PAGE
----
Review: One life – Kate Grenville inhabits her mother’s life and times

Sunday, October 21, 2018

Kate Grenville reflects on her mother’s life. Photo: Nic Walker
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One Life: My Mother’s Story by Kate Grenville.

Kate Grenville reflects on her mother’s life. Photo: Nic Walker

Kate Grenville reflects on her mother’s life. Photo: Nic Walker

One Life: My Mother’s Story by Kate Grenville.

Kate Grenville reflects on her mother’s life. Photo: Nic Walker

One Life: My Mother’s Story by Kate Grenville.

ONE LIFE: MY MOTHER’S STORY Kate Grenville Text, $29.99

When Kate Grenville’s mother, Nance, died, she left behind many beginnings of a memoir, never completed. I wonder if she suspected that her daughter – the author – might pick up the pen where she had left off. Or perhaps she thought her words might be of use when compiling family history. Grenville saw them as the start of something significant, and has used these fragments to write an account of her mother’s life.

Nance Russell was born in 1912 on a small farm near Gunnedah. Her own mother, Dolly, was trapped in an unhappy marriage arranged by her parents, and urged her husband to move often in search of greener pastures. When Nance was six they left the farm, and the following years moved from place to place, running hotels and groceries. Nance and her brother, Frank, were often boarded out or sent to stay with relatives, and by the age of nine, Nance had been the new girl at school six times. Grenville captures a childhood starved of love, with sparse moments when Nance is given something resembling affection, such as a brief stay with her Auntie Rose, who is the opposite of her own mother:

“She took Nance’s hand, smoothed it over the pastry, so smooth and silky. When you’re an old lady like me, she said, with children of your own, you’ll show them how to make a jam tart and you’ll say, My dear old Auntie Rose who loved me so much, she was the one showed me this.”

The itinerant child becomes an itinerant young woman, and in accordance with her mother’s wishes enters pharmacy as an apprentice, taking classes at the University of Sydney. One of only four women in a class of 80, she also works long hours at a chemist in Enmore and stays at a boarding house. The Depression is on, so Nance has little choice but to continue.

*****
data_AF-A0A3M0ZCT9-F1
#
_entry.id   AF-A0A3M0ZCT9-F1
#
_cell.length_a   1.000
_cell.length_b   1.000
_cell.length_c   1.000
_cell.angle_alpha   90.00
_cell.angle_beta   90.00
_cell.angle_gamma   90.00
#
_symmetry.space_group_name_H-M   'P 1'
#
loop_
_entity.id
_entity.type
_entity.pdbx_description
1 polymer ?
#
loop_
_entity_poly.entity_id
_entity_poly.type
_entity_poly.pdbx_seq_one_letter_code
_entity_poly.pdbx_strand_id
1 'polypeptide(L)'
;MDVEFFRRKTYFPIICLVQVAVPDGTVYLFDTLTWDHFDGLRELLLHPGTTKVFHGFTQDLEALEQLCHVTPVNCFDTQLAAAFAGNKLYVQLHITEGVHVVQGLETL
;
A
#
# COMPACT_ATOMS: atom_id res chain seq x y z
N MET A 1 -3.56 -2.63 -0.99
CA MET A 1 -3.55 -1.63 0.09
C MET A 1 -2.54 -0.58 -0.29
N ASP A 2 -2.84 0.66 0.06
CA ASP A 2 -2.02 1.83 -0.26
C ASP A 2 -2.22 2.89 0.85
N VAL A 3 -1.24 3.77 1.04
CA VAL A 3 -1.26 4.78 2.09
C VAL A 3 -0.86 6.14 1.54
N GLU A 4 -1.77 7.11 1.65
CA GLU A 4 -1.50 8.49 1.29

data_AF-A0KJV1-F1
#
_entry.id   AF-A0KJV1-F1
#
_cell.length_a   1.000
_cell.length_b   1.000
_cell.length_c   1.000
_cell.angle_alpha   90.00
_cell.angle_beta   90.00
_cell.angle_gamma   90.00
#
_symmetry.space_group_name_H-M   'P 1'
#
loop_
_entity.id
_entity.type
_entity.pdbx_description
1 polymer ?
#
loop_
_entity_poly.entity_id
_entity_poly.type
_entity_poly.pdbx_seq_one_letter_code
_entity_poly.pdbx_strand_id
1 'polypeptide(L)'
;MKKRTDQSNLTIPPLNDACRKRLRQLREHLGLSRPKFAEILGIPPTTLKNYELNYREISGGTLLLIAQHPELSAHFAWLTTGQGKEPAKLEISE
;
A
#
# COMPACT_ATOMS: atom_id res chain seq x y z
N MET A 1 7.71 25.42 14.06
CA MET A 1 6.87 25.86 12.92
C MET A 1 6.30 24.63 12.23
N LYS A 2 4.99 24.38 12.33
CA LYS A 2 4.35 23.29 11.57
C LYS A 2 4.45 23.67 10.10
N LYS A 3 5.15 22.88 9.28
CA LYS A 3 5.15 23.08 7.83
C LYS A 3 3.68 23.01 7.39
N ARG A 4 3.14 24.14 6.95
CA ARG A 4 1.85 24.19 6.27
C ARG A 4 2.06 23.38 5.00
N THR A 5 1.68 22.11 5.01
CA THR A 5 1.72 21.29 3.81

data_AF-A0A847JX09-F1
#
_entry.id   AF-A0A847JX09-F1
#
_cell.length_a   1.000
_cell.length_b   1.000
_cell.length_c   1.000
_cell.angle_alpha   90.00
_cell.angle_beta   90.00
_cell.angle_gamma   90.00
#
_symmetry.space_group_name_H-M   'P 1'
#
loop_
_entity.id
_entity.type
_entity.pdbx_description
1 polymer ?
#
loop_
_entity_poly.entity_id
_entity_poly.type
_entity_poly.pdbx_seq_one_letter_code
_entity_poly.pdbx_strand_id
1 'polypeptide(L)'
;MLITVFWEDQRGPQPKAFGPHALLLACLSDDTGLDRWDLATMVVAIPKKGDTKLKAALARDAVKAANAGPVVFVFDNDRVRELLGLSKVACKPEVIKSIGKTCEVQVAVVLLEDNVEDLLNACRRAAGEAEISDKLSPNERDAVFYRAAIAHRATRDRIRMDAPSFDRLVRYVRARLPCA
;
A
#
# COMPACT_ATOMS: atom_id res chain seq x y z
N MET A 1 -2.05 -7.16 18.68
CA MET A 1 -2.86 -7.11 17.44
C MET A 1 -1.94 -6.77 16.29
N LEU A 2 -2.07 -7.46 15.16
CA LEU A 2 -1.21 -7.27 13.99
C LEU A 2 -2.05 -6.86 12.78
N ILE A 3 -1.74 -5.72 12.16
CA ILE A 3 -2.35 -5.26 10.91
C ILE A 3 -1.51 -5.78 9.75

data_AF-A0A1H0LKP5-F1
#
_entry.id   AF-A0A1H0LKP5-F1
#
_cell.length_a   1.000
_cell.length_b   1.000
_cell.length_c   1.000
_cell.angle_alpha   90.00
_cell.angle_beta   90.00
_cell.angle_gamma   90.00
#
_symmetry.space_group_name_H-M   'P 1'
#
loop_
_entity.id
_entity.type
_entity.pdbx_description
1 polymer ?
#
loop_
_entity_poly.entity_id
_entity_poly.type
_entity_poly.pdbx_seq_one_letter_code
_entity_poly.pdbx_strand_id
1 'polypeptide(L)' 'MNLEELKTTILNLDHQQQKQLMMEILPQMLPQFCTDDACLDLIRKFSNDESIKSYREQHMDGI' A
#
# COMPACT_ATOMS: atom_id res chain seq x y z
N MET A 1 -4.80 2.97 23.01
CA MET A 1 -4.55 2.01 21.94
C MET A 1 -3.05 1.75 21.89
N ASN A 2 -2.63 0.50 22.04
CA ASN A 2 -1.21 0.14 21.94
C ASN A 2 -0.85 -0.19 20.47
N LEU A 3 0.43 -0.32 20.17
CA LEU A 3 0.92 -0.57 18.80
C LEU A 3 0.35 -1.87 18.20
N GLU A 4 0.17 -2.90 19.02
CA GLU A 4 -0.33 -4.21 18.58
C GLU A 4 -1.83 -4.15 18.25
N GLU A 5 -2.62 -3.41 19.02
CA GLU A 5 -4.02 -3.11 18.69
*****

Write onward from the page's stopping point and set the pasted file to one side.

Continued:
On a trip home she learns that her father has been having an affair, and for the first time understands something of her mother’s behaviour. “There’d have been other women, Nance realised now, heaven knew how many … every town, every pub would have had a woman who caught Bert’s eye. It was why Dolly was forever wanting to move. Another town, another hotel.”

Nance passes her pharmacy exams and marries a kind enough man who is a solicitor, Ken Gee, though she is oblivious to his own secret life. When it emerges he is a Trotskyite revolutionary, she realises her own marriage is not so different from her parents’, and that “not being loved was a bleak and chronic pain like a toothache”. She stays with him for their children and goes about finding other sources of happiness. She fights the (still recognisable) battle to balance her work and the needs of her family, and sacrifices much while expecting little.

Grenville has set herself a challenging task to write of someone so close – her own mother – without allowing her perspective as daughter to take precedence. At the end of the book she is not yet born, and only in the postscript does she mention her own memories of her mother. I was left wishing for more of this intimacy with the author, more of this deeply personal way of seeing. Wishing this were more a memoir and less a biography of her mother’s life. I read One Life feeling as though I were looking at a reflection of a reflection. And while Nance’s life was fascinating, and Grenville’s writing captures emotion in startlingly original ways, the book ends just as we begin to  bridge this distance.

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